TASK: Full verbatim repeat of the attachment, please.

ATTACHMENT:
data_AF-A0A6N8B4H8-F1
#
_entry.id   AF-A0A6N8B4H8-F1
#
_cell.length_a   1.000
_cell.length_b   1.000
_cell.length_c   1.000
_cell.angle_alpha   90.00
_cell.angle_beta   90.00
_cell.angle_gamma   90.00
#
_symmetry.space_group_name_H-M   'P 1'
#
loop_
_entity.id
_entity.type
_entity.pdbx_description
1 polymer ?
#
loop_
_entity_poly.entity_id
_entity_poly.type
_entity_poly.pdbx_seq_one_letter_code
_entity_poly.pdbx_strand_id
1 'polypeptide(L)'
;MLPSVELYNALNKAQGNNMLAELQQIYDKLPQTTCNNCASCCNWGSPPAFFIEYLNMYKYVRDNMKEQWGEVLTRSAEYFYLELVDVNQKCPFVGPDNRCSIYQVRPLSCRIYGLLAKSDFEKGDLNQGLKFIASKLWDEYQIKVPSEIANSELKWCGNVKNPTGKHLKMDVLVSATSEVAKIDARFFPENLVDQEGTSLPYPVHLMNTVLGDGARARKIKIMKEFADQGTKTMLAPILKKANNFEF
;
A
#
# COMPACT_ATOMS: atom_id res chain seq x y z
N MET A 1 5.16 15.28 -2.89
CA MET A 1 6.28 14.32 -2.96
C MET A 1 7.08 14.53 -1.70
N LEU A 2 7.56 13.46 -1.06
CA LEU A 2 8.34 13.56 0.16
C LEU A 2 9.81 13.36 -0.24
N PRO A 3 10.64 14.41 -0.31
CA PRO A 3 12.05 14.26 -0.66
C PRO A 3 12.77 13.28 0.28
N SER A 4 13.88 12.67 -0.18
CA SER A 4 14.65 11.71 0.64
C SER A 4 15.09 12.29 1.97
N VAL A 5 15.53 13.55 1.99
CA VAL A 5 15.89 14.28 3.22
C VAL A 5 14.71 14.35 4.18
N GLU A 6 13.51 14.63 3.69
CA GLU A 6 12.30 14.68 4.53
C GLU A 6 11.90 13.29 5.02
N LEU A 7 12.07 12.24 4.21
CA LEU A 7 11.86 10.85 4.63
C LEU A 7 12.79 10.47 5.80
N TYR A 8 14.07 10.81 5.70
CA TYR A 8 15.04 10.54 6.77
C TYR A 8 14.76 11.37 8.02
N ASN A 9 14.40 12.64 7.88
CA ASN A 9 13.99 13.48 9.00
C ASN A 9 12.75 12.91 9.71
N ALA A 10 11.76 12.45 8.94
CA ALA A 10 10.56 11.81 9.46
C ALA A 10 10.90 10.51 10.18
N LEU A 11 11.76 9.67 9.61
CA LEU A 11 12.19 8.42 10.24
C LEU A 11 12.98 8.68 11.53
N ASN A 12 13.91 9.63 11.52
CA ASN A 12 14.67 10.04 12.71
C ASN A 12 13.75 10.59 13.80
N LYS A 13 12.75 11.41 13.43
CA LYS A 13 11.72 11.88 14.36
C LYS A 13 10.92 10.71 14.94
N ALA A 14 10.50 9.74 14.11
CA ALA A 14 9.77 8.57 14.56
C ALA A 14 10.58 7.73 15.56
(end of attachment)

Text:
data_AF-A0A6N8B4H8-F1
#
_entry.id   AF-A0A6N8B4H8-F1
#
_cell.length_a   1.000
_cell.length_b   1.000
_cell.length_c   1.000
_cell.angle_alpha   90.00
_cell.angle_beta   90.00
_cell.angle_gamma   90.00
#
_symmetry.space_group_name_H-M   'P 1'
#
loop_
_entity.id
_entity.type
_entity.pdbx_description
1 polymer ?
#
loop_
_entity_poly.entity_id
_entity_poly.type
_entity_poly.pdbx_seq_one_letter_code
_entity_poly.pdbx_strand_id
1 'polypeptide(L)'
;MLPSVELYNALNKAQGNNMLAELQQIYDKLPQTTCNNCASCCNWGSPPAFFIEYLNMYKYVRDNMKEQWGEVLTRSAEYFYLELVDVNQKCPFVGPDNRCSIYQVRPLSCRIYGLLAKSDFEKGDLNQGLKFIASKLWDEYQIKVPSEIANSELKWCGNVKNPTGKHLKMDVLVSATSEVAKIDARFFPENLVDQEGTSLPYPVHLMNTVLGDGARARKIKIMKEFADQGTKTMLAPILKKANNFEF
;
A
#
# COMPACT_ATOMS: atom_id res chain seq x y z
N MET A 1 5.16 15.28 -2.89
CA MET A 1 6.28 14.32 -2.96
C MET A 1 7.08 14.53 -1.70
N LEU A 2 7.56 13.46 -1.06
CA LEU A 2 8.34 13.56 0.16
C LEU A 2 9.81 13.36 -0.24
N PRO A 3 10.64 14.41 -0.31
CA PRO A 3 12.05 14.26 -0.66
C PRO A 3 12.77 13.28 0.28
N SER A 4 13.88 12.67 -0.18
CA SER A 4 14.65 11.71 0.64
C SER A 4 15.09 12.29 1.97
N VAL A 5 15.53 13.55 1.99
CA VAL A 5 15.89 14.28 3.22
C VAL A 5 14.71 14.35 4.18
N GLU A 6 13.51 14.63 3.69
CA GLU A 6 12.30 14.68 4.53
C GLU A 6 11.90 13.29 5.02
N LEU A 7 12.07 12.24 4.21
CA LEU A 7 11.86 10.85 4.63
C LEU A 7 12.79 10.47 5.80
N TYR A 8 14.07 10.81 5.70
CA TYR A 8 15.04 10.54 6.77
C TYR A 8 14.76 11.37 8.02
N ASN A 9 14.40 12.64 7.88
CA ASN A 9 13.99 13.48 9.00
C ASN A 9 12.75 12.91 9.71
N ALA A 10 11.76 12.45 8.94
CA ALA A 10 10.56 11.81 9.46
C ALA A 10 10.90 10.51 10.18
N LEU A 11 11.76 9.67 9.61
CA LEU A 11 12.19 8.42 10.24
C LEU A 11 12.98 8.68 11.53
N ASN A 12 13.91 9.63 11.52
CA ASN A 12 14.67 10.04 12.71
C ASN A 12 13.75 10.59 13.80
N LYS A 13 12.75 11.41 13.43
CA LYS A 13 11.72 11.88 14.36
C LYS A 13 10.92 10.71 14.94
N ALA A 14 10.50 9.74 14.11
CA ALA A 14 9.77 8.57 14.56
C ALA A 14 10.58 7.73 15.56